As a theological discipline dogmatics is the scientific self-examination of the Christian Church with respect to the content of its distinctive talk about God.[1]

It is very easy for a Christian community to fall under the illusion that it exists and works as the result of complete human endeavour. The church, in this frame of reference, is the sole result of people’s hard work and achievement and it would seem as if God is shunted off to the side awaiting the completion of the building in order that he might be invited in as the special guest.  The people can be heard to proclaim, “Look what we did for God in Jesus’ name!”

However, it does not take much to see that Scripture reminds us that the church, as it is known in this modern era, is the sole result of God’s work in Jesus Christ and is brought forth by the Holy Spirit. In the same way God elected Israel to be his agent of redemption in the world, so to the church is elected in Christ. It is brought forth, established and sustained in Him by the Holy Spirit. There is not a congregation, big or small, that is not founded in Christ.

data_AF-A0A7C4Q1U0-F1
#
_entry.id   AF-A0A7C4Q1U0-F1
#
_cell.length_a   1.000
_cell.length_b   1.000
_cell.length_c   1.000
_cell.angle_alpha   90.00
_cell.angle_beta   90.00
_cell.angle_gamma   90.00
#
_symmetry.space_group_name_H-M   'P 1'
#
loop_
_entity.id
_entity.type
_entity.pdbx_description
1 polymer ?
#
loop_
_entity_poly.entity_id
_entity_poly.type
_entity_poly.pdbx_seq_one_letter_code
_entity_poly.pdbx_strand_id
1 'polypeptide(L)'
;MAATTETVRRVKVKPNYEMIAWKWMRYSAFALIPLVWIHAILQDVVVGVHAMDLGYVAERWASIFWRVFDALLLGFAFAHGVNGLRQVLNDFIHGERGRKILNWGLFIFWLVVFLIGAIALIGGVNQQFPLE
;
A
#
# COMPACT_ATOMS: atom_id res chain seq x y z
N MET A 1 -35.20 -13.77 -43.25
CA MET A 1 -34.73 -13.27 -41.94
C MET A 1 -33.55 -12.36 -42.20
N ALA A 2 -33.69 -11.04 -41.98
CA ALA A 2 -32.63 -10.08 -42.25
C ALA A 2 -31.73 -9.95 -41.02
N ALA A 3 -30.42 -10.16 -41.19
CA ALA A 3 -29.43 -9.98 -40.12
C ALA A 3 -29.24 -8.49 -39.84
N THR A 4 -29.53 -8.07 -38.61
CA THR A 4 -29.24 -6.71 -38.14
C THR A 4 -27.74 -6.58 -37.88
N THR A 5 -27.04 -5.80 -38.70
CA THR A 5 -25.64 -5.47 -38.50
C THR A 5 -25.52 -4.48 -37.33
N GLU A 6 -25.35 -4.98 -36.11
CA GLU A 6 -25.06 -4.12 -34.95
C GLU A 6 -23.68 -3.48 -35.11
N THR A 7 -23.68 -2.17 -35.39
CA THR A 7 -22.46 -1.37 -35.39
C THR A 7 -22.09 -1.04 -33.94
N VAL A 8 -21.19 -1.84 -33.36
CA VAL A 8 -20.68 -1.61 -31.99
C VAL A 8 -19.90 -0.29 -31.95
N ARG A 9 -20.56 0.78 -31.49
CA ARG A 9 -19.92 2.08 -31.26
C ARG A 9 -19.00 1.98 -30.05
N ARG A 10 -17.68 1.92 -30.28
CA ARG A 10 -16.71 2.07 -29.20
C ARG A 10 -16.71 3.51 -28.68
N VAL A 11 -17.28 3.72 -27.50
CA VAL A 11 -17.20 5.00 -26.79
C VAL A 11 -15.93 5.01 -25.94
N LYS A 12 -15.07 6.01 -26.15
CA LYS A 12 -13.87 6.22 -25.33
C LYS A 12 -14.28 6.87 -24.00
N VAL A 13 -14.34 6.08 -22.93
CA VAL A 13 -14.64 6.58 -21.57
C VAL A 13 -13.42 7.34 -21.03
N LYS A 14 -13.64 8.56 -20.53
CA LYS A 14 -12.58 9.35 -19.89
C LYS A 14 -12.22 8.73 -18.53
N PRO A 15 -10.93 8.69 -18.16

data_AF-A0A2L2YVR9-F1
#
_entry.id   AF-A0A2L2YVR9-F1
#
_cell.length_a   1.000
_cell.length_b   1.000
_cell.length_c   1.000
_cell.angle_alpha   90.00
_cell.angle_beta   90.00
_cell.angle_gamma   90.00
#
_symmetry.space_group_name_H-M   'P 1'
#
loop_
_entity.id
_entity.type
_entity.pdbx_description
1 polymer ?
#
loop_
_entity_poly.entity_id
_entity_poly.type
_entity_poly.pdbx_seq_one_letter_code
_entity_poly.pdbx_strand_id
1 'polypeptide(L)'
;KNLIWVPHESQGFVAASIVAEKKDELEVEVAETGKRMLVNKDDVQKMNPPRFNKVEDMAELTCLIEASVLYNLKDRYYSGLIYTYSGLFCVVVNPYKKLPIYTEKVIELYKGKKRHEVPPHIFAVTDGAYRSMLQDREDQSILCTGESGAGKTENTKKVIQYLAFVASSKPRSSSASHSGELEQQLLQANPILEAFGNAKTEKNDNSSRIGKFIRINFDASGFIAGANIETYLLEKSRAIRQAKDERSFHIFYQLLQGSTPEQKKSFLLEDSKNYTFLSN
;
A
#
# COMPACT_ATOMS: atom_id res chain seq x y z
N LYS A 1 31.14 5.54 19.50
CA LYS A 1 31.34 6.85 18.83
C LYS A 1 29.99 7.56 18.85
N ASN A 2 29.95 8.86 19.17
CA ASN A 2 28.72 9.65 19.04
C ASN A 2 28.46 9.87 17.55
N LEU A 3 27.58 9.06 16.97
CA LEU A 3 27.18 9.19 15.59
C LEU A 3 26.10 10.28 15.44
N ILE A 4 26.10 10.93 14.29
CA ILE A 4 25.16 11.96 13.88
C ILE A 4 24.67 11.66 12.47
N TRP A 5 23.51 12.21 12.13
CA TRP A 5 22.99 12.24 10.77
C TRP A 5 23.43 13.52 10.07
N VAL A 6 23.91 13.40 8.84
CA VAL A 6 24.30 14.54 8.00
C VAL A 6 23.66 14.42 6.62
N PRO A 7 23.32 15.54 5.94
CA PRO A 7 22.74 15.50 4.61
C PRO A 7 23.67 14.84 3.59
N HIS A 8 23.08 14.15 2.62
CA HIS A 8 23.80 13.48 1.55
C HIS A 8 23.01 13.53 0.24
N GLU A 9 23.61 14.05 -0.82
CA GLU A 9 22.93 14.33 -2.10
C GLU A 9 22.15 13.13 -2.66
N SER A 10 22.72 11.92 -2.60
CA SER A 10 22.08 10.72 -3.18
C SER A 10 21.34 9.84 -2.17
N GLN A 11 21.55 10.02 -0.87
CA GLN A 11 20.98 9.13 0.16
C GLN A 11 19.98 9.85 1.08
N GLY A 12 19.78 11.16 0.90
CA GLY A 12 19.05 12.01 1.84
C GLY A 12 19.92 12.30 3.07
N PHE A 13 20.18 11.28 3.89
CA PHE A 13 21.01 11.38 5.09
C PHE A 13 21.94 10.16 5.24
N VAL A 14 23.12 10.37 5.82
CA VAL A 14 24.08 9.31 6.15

As a continuing (and perhaps continual) work of the Holy Spirit, if we began in Christ why do we not continue? Why do we so easily push God to the side and try to prove ourselves to Him? It is not that we should do nothing. No. This would be slothfulness. Rather, everything we undertake in Jesus name is our response to His faithfulness in Christ.

[1] Karl Barth et al., Church Dogmatics, Volume I The Doctrine of the Word of God, Part 1 (2d ed.; Edinburgh: T. & T. Clark, 2004), 3.